The ancient Shaman-Poet-Myth-Maker wrote from the genius of his heart, mind and spirit, and he took the world around him in all of its glory and pain and translated it into words for the sake of creating beautiful art.   I do not believe it was a science of art that made him great.  In fact, were he to have tried to do this via a scientific method (or in our case Gamesmastered according to RPG Theory) I seriously doubt he would have produced the wonders he did.  So that’s my criticism, anti-Intellectual as some people may find it.   Nor do I think we will find that RPG Theory alone can produce Great RPG Story, try as it might.   What I do not find when I read RPG Theory is what I'm seeking - how to create RPG stories that have the qualities of great literature or ancient myth.  There is something deep and profound hidden within and behind the mythos of the ancient stories.  I would like to know how I can bring this quality into my RPG World, and allow my players to experience something similar to what we experience when reading the ancient works of literature.  I do not feel that I will find the answer in RPG Theory as I find it has been discussed thus far.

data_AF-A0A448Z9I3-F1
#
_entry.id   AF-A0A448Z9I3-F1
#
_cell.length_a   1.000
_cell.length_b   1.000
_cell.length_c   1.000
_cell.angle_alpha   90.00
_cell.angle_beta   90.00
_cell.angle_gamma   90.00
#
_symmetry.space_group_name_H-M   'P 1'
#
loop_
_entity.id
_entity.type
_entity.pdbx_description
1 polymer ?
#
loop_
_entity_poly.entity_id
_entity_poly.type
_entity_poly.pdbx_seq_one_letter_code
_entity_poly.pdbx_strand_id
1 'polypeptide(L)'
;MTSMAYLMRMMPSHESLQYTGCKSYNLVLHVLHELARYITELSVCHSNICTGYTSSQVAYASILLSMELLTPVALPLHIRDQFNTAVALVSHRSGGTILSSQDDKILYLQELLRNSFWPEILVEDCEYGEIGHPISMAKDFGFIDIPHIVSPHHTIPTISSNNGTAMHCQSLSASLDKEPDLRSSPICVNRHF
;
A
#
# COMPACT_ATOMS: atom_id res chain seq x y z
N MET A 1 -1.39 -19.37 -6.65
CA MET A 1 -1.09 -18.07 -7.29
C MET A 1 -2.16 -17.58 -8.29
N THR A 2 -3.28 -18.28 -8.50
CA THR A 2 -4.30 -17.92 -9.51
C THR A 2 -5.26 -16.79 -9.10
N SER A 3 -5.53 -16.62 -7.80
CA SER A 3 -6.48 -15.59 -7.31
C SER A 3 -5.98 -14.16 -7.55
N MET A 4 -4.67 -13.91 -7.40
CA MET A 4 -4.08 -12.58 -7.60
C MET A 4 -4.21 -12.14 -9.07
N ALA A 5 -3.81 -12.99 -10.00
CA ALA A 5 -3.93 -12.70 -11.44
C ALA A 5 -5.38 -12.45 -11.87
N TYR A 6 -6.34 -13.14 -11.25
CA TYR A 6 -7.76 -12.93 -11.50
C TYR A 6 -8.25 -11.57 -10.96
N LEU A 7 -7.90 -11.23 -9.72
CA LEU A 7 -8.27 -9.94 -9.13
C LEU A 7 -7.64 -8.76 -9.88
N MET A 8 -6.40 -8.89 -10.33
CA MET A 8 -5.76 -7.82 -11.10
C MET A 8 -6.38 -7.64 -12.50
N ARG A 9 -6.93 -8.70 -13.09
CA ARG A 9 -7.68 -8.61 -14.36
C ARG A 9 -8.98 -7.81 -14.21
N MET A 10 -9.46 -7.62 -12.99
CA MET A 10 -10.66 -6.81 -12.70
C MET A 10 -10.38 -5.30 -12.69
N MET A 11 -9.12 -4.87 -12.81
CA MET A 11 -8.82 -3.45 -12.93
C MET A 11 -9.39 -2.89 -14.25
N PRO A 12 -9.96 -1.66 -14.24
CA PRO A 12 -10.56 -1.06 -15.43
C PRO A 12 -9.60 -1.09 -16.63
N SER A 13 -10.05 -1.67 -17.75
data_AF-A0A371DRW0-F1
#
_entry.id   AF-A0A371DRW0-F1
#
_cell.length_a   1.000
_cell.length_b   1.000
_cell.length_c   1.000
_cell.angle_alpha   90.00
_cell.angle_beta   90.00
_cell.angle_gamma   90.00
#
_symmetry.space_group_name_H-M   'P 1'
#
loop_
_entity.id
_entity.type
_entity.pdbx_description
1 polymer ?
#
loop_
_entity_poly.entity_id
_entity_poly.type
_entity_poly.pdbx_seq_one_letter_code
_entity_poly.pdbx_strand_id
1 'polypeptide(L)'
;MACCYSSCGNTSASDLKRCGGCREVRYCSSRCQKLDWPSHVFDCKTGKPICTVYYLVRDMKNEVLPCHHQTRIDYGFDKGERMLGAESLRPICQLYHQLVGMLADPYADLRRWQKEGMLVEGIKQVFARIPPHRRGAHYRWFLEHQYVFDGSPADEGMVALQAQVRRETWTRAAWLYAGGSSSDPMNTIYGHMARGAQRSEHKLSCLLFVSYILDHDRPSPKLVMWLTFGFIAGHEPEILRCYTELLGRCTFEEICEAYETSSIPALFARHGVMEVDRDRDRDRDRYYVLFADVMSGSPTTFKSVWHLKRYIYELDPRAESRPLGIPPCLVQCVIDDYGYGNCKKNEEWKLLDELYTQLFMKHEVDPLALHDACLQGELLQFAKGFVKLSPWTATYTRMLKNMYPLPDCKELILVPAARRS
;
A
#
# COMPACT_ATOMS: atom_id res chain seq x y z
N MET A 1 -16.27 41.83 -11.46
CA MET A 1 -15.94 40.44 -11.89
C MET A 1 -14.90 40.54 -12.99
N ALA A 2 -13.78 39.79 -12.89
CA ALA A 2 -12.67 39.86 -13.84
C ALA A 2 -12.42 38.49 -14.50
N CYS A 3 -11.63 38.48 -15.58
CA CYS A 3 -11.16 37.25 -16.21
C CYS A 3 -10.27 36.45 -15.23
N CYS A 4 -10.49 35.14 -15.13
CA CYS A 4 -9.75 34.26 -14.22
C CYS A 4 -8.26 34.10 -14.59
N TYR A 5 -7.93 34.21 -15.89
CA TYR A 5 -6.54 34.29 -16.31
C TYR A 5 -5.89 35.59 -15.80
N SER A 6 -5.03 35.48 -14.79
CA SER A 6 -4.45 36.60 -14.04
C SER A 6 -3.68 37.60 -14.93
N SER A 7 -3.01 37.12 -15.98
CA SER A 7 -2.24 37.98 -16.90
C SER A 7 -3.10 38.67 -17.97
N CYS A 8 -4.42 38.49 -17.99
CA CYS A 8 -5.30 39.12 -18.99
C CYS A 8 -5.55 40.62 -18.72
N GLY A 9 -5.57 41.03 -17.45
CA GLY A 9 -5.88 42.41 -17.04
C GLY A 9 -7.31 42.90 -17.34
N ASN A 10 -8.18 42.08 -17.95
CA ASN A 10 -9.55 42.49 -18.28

What I think is required, instead of Analytics, is actual Life Experience.   Gamesmasters who wish to create Great RPG Stories should read great literature in abundance, and learn to distill out from it what makes those works Great Story, or Great Art.   But moreover they should seek to live a life full of experiences that can help them to shape their Inner Vision of the World, and make their inner light gleam with the pearls of wisdom so necessary to creating Meaning in Story. Then they can begin to add elements to their RPG Worlds that may begin to cultivate a landscape in which Great Story has a chance of growing.   It is not an all or nothing thing, but I see it as an evolutionary process.  You simply start with something that has literary qualities, and you keep watering it, cultivating it, and letting it grow with your players until you begin to see that your World bears the fruits of Great Story over time.

Another aspect that I think may be helpful is for the Gamesmaster to learn to develop a vision of the world based on their own life experiences.   To do this requires living a life in which experiences lead to insight.   I recommend this in the same sense that Shamans would head off into the other world via their dreams and obtain wisdom from the spirit world, and bring that back to their community in the form of healing stories.   I read a great book on this named “Coyote Wisdom”, and highly recommend it for Gamesmasters to read and consider.  Spend some time reading the classics and contemplating the stories of the ancient world.  In them you may find hints of Shamanistic experiences from the long forgotten swell springs of inspiration.